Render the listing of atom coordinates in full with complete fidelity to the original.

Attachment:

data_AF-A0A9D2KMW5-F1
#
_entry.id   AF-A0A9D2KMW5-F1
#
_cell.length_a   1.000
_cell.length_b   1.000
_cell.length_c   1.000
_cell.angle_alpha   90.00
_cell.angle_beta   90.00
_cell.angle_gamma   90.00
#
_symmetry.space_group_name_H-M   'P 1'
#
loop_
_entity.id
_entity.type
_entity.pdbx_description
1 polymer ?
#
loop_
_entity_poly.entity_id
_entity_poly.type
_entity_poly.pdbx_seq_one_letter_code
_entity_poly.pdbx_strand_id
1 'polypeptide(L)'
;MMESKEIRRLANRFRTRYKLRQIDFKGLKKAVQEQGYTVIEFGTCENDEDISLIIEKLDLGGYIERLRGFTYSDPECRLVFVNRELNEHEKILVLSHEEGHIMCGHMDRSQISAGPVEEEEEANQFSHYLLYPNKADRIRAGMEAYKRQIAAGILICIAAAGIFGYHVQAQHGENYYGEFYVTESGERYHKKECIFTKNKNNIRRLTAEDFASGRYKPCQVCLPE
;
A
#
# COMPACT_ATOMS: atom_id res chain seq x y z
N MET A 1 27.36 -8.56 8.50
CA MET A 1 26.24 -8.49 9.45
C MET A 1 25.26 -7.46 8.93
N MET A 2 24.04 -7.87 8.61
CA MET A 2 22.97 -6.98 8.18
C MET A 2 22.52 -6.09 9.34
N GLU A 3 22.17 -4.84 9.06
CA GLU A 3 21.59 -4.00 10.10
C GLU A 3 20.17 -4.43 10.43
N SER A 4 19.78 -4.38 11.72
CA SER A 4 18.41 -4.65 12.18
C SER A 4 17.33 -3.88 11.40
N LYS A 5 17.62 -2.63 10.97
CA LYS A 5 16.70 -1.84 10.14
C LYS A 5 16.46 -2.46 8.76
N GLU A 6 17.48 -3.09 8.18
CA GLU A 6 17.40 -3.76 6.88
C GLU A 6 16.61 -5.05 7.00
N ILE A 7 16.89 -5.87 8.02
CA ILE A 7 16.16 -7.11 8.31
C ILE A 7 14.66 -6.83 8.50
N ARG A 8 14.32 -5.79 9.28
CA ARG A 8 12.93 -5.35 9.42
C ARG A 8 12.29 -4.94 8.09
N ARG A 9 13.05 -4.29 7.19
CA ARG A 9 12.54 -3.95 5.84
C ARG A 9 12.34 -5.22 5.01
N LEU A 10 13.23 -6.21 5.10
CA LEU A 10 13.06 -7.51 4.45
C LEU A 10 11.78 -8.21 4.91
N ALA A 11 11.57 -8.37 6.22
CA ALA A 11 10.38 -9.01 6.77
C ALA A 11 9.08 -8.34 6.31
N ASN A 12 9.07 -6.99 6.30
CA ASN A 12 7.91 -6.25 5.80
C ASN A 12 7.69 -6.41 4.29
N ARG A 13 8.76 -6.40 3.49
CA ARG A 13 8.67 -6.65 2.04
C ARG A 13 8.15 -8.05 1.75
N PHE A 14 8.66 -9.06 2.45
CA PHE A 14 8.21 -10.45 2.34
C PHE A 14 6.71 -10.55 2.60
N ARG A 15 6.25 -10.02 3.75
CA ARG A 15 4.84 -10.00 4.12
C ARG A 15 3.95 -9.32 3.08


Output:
data_AF-A0A9D2KMW5-F1
#
_entry.id   AF-A0A9D2KMW5-F1
#
_cell.length_a   1.000
_cell.length_b   1.000
_cell.length_c   1.000
_cell.angle_alpha   90.00
_cell.angle_beta   90.00
_cell.angle_gamma   90.00
#
_symmetry.space_group_name_H-M   'P 1'
#
loop_
_entity.id
_entity.type
_entity.pdbx_description
1 polymer ?
#
loop_
_entity_poly.entity_id
_entity_poly.type
_entity_poly.pdbx_seq_one_letter_code
_entity_poly.pdbx_strand_id
1 'polypeptide(L)'
;MMESKEIRRLANRFRTRYKLRQIDFKGLKKAVQEQGYTVIEFGTCENDEDISLIIEKLDLGGYIERLRGFTYSDPECRLVFVNRELNEHEKILVLSHEEGHIMCGHMDRSQISAGPVEEEEEANQFSHYLLYPNKADRIRAGMEAYKRQIAAGILICIAAAGIFGYHVQAQHGENYYGEFYVTESGERYHKKECIFTKNKNNIRRLTAEDFASGRYKPCQVCLPE
;
A
#
# COMPACT_ATOMS: atom_id res chain seq x y z
N MET A 1 27.36 -8.56 8.50
CA MET A 1 26.24 -8.49 9.45
C MET A 1 25.26 -7.46 8.93
N MET A 2 24.04 -7.87 8.61
CA MET A 2 22.97 -6.98 8.18
C MET A 2 22.52 -6.09 9.34
N GLU A 3 22.17 -4.84 9.06
CA GLU A 3 21.59 -4.00 10.10
C GLU A 3 20.17 -4.43 10.43
N SER A 4 19.78 -4.38 11.72
CA SER A 4 18.41 -4.65 12.18
C SER A 4 17.33 -3.88 11.40
N LYS A 5 17.62 -2.63 10.97
CA LYS A 5 16.70 -1.84 10.14
C LYS A 5 16.46 -2.46 8.76
N GLU A 6 17.48 -3.09 8.18
CA GLU A 6 17.40 -3.76 6.88
C GLU A 6 16.61 -5.05 7.00
N ILE A 7 16.89 -5.87 8.02
CA ILE A 7 16.16 -7.11 8.31
C ILE A 7 14.66 -6.83 8.50
N ARG A 8 14.32 -5.79 9.28
CA ARG A 8 12.93 -5.35 9.42
C ARG A 8 12.29 -4.94 8.09
N ARG A 9 13.05 -4.29 7.19
CA ARG A 9 12.54 -3.95 5.84
C ARG A 9 12.34 -5.22 5.01
N LEU A 10 13.23 -6.21 5.10
CA LEU A 10 13.06 -7.51 4.45
C LEU A 10 11.78 -8.21 4.91
N ALA A 11 11.57 -8.37 6.22
CA ALA A 11 10.38 -9.01 6.77
C ALA A 11 9.08 -8.34 6.31
N ASN A 12 9.07 -6.99 6.30
CA ASN A 12 7.91 -6.25 5.80
C ASN A 12 7.69 -6.41 4.29
N ARG A 13 8.76 -6.40 3.49
CA ARG A 13 8.67 -6.65 2.04
C ARG A 13 8.15 -8.05 1.75
N PHE A 14 8.66 -9.06 2.45
CA PHE A 14 8.21 -10.45 2.34
C PHE A 14 6.71 -10.55 2.60
N ARG A 15 6.25 -10.02 3.75
CA ARG A 15 4.84 -10.00 4.12
C ARG A 15 3.95 -9.32 3.08